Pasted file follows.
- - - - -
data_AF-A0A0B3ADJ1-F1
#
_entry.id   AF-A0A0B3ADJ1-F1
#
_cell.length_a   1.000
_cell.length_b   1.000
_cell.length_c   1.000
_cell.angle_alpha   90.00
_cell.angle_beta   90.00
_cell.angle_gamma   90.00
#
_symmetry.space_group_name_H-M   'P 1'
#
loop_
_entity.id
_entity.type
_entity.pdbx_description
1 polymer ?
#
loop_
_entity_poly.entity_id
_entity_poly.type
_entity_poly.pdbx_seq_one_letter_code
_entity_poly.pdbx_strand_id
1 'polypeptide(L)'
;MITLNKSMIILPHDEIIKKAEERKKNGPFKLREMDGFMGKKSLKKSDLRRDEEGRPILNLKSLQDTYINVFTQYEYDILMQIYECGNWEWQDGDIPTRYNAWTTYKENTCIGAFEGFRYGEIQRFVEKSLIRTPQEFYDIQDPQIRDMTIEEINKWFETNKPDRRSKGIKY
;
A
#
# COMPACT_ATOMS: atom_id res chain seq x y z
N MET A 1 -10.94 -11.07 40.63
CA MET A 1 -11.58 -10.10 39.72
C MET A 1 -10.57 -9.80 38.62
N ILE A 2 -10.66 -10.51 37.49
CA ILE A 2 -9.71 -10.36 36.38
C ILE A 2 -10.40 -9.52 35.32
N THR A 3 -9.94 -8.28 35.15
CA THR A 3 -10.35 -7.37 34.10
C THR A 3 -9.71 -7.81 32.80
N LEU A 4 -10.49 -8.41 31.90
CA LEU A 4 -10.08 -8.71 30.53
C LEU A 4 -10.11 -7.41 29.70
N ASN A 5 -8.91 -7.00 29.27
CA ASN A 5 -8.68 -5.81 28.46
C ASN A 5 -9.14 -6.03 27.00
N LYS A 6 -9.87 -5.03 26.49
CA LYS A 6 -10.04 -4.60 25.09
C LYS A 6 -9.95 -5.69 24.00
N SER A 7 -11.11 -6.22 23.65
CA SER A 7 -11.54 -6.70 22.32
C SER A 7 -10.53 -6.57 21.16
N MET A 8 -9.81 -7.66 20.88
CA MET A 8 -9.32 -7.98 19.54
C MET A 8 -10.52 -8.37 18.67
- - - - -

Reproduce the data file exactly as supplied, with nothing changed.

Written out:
data_AF-A0A0B3ADJ1-F1
#
_entry.id   AF-A0A0B3ADJ1-F1
#
_cell.length_a   1.000
_cell.length_b   1.000
_cell.length_c   1.000
_cell.angle_alpha   90.00
_cell.angle_beta   90.00
_cell.angle_gamma   90.00
#
_symmetry.space_group_name_H-M   'P 1'
#
loop_
_entity.id
_entity.type
_entity.pdbx_description
1 polymer ?
#
loop_
_entity_poly.entity_id
_entity_poly.type
_entity_poly.pdbx_seq_one_letter_code
_entity_poly.pdbx_strand_id
1 'polypeptide(L)'
;MITLNKSMIILPHDEIIKKAEERKKNGPFKLREMDGFMGKKSLKKSDLRRDEEGRPILNLKSLQDTYINVFTQYEYDILMQIYECGNWEWQDGDIPTRYNAWTTYKENTCIGAFEGFRYGEIQRFVEKSLIRTPQEFYDIQDPQIRDMTIEEINKWFETNKPDRRSKGIKY
;
A
#
# COMPACT_ATOMS: atom_id res chain seq x y z
N MET A 1 -10.94 -11.07 40.63
CA MET A 1 -11.58 -10.10 39.72
C MET A 1 -10.57 -9.80 38.62
N ILE A 2 -10.66 -10.51 37.49
CA ILE A 2 -9.71 -10.36 36.38
C ILE A 2 -10.40 -9.52 35.32
N THR A 3 -9.94 -8.28 35.15
CA THR A 3 -10.35 -7.37 34.10
C THR A 3 -9.71 -7.81 32.80
N LEU A 4 -10.49 -8.41 31.90
CA LEU A 4 -10.08 -8.71 30.53
C LEU A 4 -10.11 -7.41 29.70
N ASN A 5 -8.91 -7.00 29.27
CA ASN A 5 -8.68 -5.81 28.46
C ASN A 5 -9.14 -6.03 27.00
N LYS A 6 -9.87 -5.03 26.49
CA LYS A 6 -10.04 -4.60 25.09
C LYS A 6 -9.95 -5.69 24.00
N SER A 7 -11.11 -6.22 23.65
CA SER A 7 -11.54 -6.70 22.32
C SER A 7 -10.53 -6.57 21.16
N MET A 8 -9.81 -7.66 20.88
CA MET A 8 -9.32 -7.98 19.54
C MET A 8 -10.52 -8.37 18.67